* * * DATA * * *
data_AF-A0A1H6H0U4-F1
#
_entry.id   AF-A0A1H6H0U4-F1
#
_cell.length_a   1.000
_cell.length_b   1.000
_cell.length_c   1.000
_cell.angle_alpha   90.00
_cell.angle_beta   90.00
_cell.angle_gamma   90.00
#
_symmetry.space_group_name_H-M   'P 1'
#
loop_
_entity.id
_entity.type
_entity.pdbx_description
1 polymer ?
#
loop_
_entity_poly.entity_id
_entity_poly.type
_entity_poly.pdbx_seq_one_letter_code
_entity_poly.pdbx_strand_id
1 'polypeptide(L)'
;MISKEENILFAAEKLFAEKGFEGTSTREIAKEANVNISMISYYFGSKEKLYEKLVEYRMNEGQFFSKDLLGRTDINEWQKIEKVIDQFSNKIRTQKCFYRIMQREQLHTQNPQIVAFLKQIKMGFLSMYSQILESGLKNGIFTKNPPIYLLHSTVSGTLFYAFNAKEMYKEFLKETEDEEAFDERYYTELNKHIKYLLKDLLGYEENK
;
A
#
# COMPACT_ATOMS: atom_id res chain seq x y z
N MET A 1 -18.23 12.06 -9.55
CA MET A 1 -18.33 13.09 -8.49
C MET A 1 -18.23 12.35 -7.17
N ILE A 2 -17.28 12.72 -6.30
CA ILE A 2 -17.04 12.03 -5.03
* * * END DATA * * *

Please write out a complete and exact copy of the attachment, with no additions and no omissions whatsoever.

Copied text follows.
data_AF-A0A1H6H0U4-F1
#
_entry.id   AF-A0A1H6H0U4-F1
#
_cell.length_a   1.000
_cell.length_b   1.000
_cell.length_c   1.000
_cell.angle_alpha   90.00
_cell.angle_beta   90.00
_cell.angle_gamma   90.00
#
_symmetry.space_group_name_H-M   'P 1'
#
loop_
_entity.id
_entity.type
_entity.pdbx_description
1 polymer ?
#
loop_
_entity_poly.entity_id
_entity_poly.type
_entity_poly.pdbx_seq_one_letter_code
_entity_poly.pdbx_strand_id
1 'polypeptide(L)'
;MISKEENILFAAEKLFAEKGFEGTSTREIAKEANVNISMISYYFGSKEKLYEKLVEYRMNEGQFFSKDLLGRTDINEWQKIEKVIDQFSNKIRTQKCFYRIMQREQLHTQNPQIVAFLKQIKMGFLSMYSQILESGLKNGIFTKNPPIYLLHSTVSGTLFYAFNAKEMYKEFLKETEDEEAFDERYYTELNKHIKYLLKDLLGYEENK
;
A
#
# COMPACT_ATOMS: atom_id res chain seq x y z
N MET A 1 -18.23 12.06 -9.55
CA MET A 1 -18.33 13.09 -8.49
C MET A 1 -18.23 12.35 -7.17
N ILE A 2 -17.28 12.72 -6.30
CA ILE A 2 -17.04 12.03 -5.03